At the 2019 JDAI conference, Empact had the good fortune to attend a workshop facilitated by our friends at CCLP and PJI in which they raised a very important policy concern for us to consider: How will our commitment to youth justice reform guide our treatment of sexual orientation and gender identity/expression in our systems?
We were inspired by this topic not only because it furthers justice reform for some of our most vulnerable populations, but also has important implications for the data we collect. What do CCLP’s comments mean for how we capture, analyze and report on data?
What is SOGIE?
SOGIE is a newish acronym that stands for Sexual Orientation, Gender Identity and Expression. We find SOGIE useful because it helps us consider populations as a whole. Everyone has a sexual orientation, a gender identity and a gender expression. Since we want youth justice systems to work well for everyone they touch, we need to be thinking about (read: measuring and analyzing with data) how these systems treat SOGIE.
Not only does this allow us to better serve the kids in our systems who identify as LGBTQ, but — considering the ways that those with non-normative SOGIE experiences are harmed by our systems — it is an important step toward improving the functioning of those systems for everyone.
According to the information shared in the conference workshop, 20% of youth in detention centers identified as LGBQ/GNCT (gender nonconforming and transgender) as of 2018. That’s one in five of our kids! And what’s more, 85% of those youth are of color. That tells us two things:
- This issue needs to be identifiable in our data, and
- When we talk about race equity we should also talk about SOGIE equity.
So what does this mean for how we collect data?
As you may have noticed, there’s not a lot of room for SOGIE-related data collection in our current systems. The QRS (Quarterly Reporting Spreadsheet) is one example: It is one of the ways that many JDAI sites report on and analyze demographic data about the youth in our systems, and yet it does not ask us to track SOGIE data. Since we know that 20% of detained youth already identify as SOGIE minorities — despite LGBT people making up only 4.5% of the general population of the country as a whole — we need to play a little catch-up if we want to figure out how to reduce our impact on these communities.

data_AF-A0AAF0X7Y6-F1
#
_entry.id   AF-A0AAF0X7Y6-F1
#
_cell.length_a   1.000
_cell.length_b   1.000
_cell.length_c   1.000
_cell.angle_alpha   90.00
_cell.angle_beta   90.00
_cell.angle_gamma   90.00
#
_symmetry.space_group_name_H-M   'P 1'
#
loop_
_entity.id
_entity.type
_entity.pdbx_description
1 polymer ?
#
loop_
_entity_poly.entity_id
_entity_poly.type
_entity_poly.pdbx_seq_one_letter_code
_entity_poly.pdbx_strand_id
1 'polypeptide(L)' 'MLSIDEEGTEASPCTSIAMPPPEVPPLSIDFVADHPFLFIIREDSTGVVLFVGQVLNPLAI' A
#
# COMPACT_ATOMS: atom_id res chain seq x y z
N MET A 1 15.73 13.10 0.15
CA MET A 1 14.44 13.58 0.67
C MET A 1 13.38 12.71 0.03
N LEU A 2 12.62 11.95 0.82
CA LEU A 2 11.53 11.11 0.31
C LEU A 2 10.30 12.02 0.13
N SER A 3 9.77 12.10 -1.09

Slate recently published a bracing article on the reasons why information technology has long been exclusionary toward nonbinary genders. It is a worthwhile read and does a great job describing the challenges in making (what may appear like simple) changes to our cumbersome, legacy systems. The author also points out how New York University makes a distinction between legal sex and gender identity and that it has developed a straightforward way for students to change both designations in the student information system. Is it possible for those of us in juvenile justice to adopt a similar approach to maintaining accurate data on our youth?
Another resource to consider is this piece from the UX Collective’s Medium publication in which the author suggests some best practices for collecting information on users’ gender identities. Although not all of it is applicable to our purposes, we liked their suggestion of allowing respondents to select identifiers from a limited list, as well as their caveats about what sort of options to offer here. And we also appreciated their suggestion to “give people a really good reason for asking.” In our case, that could be as simple as communicating our hope to better serve LGBTQ youth and reduce their numbers in detained populations.
Caution: SOGIE data can be difficult to anonymize
While we strongly believe that collecting and analyzing SOGIE data will be a crucial process for furthering justice reform for LGBTQ youth in particular, it’s important for us to do so in a way that does not increase the harm and vulnerability that these individuals are already facing.
As we have noted previously, protecting the privacy of the people in our systems is a key responsibility of data stewards like ourselves. And as data theorist Catherine D’Ignazio points out, “Because the sample sizes will be so small, [trans and gender nonconforming] individuals may possibly be identified even within otherwise large data sets … This can pose risks of repercussion, either in the form of personal shame for people who have hidden their gender identity or even discrimination, violence and imprisonment depending on the context and community where they live.”
Creating ways to measure our impact on these groups should not come at the expense of their safety and privacy.
Jason Melchi is the owner of Empact Solutions, a purpose-driven consulting group focused on developing data capacity for social service organizations in order to improve outcomes for youth, families and communities. He can be reached at firstname.lastname@example.org.
Isabel Carter and Kim Cataldo contributed to this column.
This post originally appeared on JDAIconnect.org.